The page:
If the delivery date is for Tuesday, make sure to send a follow up email on Wednesday to make sure everything is OK with the purchase. This is something that was not done by this mattress company, nor is it done with many other companies that I know of (even L.L. Bean). But a quick follow up email (or better yet, a follow up phone call), would be a welcome surprise. In my case, it would have alerted the company that our mattress, did not, in fact, get delivered as promised. By the way, have the follow-up contact done by someone at the company who can actually affect change if there is a problem.

  3. Never pass the buck.

    After not receiving my mattress on the specified delivery date, I called the online mattress company. They explained to me that they used a third party to deliver the mattresses, and I should call them to see about the delivery delay.

    As the customer, I should never be handed over to another person, never mind an entirely different company. I should be able to get my problem resolved by talking to a single point of contact. I'm sure we've all had the experience of being bounced around from department to department as people pass the buck in their attempt to "solve" the problem. This never works and only ends up making the situation worse (especially if the problem is still not solved after all that bouncing).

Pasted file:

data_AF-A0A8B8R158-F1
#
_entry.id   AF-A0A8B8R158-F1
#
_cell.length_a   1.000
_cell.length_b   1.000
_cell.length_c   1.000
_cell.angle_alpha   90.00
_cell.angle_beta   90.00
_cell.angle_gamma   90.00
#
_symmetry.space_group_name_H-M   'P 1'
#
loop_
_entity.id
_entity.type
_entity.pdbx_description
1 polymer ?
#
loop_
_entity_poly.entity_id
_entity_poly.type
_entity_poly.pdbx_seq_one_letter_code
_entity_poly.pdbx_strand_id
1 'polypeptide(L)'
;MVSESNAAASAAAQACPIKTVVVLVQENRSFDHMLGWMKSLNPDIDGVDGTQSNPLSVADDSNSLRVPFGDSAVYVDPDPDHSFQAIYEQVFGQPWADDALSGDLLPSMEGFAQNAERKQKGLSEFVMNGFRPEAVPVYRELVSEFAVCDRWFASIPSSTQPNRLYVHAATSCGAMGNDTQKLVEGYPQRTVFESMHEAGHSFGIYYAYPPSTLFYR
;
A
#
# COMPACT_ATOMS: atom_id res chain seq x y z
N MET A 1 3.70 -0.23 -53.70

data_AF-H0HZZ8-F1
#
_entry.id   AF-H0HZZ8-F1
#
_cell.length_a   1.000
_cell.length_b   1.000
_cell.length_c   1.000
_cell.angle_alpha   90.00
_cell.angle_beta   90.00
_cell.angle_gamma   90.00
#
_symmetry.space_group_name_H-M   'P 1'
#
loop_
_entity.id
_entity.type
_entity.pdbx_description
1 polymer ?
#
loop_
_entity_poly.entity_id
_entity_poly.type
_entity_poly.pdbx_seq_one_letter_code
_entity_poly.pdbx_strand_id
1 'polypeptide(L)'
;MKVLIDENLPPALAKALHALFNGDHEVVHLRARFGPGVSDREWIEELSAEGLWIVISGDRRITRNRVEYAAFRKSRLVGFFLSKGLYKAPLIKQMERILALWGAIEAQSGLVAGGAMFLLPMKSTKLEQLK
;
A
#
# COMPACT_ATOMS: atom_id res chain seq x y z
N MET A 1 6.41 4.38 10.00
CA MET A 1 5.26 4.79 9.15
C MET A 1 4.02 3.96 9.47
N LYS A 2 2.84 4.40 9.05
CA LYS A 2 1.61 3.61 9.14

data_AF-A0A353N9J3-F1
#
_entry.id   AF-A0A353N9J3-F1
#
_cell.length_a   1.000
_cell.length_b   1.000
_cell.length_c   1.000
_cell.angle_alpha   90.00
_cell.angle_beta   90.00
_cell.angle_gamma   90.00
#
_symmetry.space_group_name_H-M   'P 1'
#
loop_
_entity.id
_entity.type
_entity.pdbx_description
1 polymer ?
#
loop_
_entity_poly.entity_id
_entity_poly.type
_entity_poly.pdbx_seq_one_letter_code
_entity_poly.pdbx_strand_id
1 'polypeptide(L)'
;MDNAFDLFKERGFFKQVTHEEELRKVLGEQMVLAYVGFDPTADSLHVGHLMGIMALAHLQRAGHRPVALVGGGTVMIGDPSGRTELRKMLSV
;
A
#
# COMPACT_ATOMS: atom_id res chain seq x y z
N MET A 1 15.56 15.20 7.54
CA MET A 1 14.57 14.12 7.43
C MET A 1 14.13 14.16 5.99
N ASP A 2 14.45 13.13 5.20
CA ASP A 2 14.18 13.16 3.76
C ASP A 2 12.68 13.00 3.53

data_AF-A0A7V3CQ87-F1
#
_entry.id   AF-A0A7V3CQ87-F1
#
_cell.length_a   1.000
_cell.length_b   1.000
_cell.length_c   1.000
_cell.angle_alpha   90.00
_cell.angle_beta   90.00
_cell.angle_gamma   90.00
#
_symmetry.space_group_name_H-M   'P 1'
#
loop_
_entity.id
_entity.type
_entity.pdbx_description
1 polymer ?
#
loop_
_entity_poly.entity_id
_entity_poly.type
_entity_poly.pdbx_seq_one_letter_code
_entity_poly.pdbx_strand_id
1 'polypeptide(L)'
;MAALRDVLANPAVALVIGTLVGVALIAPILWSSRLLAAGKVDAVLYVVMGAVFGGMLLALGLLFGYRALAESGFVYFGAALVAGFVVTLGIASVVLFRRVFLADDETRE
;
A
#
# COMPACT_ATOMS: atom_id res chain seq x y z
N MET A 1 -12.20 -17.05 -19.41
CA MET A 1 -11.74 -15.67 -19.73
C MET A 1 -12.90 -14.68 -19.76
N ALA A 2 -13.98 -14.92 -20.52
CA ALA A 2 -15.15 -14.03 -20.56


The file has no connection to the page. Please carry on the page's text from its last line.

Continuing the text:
4. Ask before putting people on hold.

    Being on hold is one of the worst experiences a customer can have. The awful music aside (and yes, you should have something playing in the background because with no sound, a customer may think they have been disconnected), customers may not have 10 minutes to wait. Always ask if it is OK to put the customer on hold. If not, then offer to call them back once you have found out what the problem is, or better yet, once you have resolved the problem.